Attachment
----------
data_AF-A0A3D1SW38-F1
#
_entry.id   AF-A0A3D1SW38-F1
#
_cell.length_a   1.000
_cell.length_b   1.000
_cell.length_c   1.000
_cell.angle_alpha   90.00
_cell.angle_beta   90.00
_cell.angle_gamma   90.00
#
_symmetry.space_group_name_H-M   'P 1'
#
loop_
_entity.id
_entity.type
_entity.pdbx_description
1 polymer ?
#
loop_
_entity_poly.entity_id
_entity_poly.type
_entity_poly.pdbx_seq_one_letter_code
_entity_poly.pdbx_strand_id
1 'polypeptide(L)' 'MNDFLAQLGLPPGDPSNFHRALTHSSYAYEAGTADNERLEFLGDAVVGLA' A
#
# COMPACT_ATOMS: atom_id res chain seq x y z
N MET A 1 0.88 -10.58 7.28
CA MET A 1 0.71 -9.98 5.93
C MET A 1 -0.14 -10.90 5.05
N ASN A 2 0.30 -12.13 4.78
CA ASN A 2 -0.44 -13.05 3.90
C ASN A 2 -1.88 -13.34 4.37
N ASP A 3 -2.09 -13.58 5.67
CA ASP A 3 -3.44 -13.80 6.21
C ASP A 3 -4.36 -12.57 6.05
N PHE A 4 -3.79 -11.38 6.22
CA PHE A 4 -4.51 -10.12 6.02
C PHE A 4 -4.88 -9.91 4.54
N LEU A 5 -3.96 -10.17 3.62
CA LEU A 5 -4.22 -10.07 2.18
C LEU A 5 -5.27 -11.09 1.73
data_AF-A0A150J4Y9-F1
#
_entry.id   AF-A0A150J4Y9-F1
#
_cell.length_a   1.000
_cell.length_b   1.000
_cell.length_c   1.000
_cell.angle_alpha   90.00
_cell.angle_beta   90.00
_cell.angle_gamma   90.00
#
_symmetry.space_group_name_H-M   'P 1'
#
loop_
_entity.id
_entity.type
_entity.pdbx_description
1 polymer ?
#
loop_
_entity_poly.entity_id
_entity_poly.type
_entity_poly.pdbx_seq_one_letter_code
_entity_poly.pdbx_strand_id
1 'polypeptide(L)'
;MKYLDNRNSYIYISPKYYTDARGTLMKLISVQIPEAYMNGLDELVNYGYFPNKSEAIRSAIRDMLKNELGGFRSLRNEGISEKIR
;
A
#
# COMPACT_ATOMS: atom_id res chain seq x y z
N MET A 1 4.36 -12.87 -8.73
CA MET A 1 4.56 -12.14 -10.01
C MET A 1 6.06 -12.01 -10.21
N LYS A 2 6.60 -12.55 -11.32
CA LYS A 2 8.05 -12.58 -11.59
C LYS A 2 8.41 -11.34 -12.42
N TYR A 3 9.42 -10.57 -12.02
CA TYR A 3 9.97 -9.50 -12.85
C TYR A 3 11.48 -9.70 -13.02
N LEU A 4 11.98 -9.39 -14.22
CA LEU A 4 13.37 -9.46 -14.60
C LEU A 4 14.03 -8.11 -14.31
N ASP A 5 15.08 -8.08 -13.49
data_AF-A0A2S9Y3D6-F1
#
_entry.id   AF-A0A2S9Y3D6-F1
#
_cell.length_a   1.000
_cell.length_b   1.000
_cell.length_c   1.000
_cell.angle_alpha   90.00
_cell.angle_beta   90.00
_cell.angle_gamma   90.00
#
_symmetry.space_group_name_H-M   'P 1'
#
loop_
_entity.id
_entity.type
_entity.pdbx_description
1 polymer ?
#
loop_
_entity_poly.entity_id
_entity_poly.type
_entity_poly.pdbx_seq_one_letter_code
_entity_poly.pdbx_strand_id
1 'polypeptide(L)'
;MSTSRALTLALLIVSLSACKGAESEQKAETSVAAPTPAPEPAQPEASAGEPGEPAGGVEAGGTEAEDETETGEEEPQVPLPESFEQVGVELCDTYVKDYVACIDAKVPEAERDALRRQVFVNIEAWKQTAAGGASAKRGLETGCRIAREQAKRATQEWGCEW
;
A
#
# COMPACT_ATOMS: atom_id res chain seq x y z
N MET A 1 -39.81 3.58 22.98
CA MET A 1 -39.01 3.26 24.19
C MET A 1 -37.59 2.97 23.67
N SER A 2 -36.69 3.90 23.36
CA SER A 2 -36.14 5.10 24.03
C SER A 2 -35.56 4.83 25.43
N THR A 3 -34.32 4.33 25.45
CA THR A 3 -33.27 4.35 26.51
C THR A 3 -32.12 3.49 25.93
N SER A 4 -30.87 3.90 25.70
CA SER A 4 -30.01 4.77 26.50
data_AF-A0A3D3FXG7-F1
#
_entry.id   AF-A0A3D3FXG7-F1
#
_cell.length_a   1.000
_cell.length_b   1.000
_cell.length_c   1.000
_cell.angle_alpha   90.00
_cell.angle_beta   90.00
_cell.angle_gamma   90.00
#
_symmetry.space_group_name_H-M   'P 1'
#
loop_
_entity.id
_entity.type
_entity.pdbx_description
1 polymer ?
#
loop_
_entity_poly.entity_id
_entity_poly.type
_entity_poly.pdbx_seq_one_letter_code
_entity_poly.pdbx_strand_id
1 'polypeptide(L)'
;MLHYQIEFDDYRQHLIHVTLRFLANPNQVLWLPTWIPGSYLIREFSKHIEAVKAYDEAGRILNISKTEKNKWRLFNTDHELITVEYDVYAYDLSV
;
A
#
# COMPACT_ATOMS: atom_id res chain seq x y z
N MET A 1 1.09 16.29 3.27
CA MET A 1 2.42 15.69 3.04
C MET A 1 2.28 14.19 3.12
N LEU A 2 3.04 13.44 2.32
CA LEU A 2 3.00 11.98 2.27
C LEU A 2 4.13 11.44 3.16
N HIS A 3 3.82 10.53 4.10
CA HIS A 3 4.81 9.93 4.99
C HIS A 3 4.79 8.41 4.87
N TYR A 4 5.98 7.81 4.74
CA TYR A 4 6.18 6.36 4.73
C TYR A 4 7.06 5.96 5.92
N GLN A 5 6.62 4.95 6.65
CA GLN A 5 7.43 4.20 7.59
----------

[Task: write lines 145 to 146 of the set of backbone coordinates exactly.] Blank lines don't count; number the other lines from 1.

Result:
#
loop_